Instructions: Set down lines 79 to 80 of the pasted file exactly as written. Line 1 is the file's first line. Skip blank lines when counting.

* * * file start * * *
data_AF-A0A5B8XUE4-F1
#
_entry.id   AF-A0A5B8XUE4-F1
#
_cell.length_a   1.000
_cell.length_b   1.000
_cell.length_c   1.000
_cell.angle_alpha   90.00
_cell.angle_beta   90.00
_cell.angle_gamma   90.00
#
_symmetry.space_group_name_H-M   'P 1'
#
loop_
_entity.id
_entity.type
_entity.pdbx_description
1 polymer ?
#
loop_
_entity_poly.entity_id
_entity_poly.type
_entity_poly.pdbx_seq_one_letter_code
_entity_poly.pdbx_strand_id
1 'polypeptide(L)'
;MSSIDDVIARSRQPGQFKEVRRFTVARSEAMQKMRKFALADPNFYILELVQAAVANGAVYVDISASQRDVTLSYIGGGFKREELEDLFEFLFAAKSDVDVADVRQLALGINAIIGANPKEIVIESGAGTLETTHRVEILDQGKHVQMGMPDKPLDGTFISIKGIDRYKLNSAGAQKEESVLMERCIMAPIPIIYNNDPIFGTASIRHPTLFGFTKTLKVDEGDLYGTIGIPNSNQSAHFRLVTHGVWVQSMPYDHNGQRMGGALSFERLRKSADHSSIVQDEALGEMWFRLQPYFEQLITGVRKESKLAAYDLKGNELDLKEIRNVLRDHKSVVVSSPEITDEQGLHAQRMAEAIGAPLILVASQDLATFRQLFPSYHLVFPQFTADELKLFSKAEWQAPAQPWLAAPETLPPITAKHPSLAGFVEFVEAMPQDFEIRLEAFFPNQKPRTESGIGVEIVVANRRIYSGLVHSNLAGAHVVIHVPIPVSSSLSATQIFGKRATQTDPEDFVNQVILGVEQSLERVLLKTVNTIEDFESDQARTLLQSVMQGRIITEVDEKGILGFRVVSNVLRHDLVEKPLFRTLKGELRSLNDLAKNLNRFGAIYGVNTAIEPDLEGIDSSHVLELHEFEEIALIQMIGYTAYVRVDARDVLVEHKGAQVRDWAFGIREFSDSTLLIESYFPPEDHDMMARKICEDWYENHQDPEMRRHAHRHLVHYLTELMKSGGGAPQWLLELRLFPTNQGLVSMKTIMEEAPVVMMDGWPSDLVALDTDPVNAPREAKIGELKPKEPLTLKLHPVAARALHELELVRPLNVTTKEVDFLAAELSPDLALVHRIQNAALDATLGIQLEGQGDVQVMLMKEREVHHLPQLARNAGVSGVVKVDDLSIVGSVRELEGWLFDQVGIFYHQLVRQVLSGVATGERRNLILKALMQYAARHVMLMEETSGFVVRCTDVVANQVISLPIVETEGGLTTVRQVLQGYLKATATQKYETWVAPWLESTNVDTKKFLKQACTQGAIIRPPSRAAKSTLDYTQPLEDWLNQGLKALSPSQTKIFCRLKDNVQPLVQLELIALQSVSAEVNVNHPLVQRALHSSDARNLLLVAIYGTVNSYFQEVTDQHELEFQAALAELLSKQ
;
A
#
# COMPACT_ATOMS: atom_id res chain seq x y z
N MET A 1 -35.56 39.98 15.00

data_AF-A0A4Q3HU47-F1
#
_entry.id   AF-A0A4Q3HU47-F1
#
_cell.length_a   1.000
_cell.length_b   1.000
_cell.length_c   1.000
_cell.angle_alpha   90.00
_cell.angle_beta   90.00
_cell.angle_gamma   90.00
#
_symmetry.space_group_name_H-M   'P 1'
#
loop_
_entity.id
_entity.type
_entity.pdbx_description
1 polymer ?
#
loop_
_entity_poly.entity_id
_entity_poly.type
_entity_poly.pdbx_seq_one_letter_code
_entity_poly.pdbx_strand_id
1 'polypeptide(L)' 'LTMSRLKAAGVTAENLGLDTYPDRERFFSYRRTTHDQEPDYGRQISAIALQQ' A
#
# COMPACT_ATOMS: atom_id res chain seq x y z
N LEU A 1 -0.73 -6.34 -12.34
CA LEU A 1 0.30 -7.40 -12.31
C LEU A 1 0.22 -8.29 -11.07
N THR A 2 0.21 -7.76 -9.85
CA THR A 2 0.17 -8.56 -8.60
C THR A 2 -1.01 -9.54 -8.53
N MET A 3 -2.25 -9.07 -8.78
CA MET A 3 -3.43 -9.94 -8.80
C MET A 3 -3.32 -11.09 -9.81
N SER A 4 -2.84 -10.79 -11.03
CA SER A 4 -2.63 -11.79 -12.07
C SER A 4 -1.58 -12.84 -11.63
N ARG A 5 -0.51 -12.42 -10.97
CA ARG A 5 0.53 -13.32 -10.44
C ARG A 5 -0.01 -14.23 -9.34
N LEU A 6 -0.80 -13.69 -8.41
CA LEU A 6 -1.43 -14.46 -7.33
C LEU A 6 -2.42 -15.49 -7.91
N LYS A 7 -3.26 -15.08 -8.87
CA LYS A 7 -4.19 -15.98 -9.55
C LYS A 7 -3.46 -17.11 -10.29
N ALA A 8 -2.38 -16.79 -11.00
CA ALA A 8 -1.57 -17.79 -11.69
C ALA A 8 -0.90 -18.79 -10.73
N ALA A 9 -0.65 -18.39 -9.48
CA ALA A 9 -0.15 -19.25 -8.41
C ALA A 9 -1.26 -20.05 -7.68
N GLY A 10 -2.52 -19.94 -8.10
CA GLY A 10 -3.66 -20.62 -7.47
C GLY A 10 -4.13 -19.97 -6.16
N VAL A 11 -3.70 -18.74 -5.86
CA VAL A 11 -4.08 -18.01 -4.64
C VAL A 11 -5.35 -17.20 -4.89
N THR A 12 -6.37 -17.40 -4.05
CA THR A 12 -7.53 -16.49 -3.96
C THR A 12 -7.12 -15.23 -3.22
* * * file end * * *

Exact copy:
C LYS A 7 -3.46 -17.11 -10.29
N ALA A 8 -2.38 -16.79 -11.00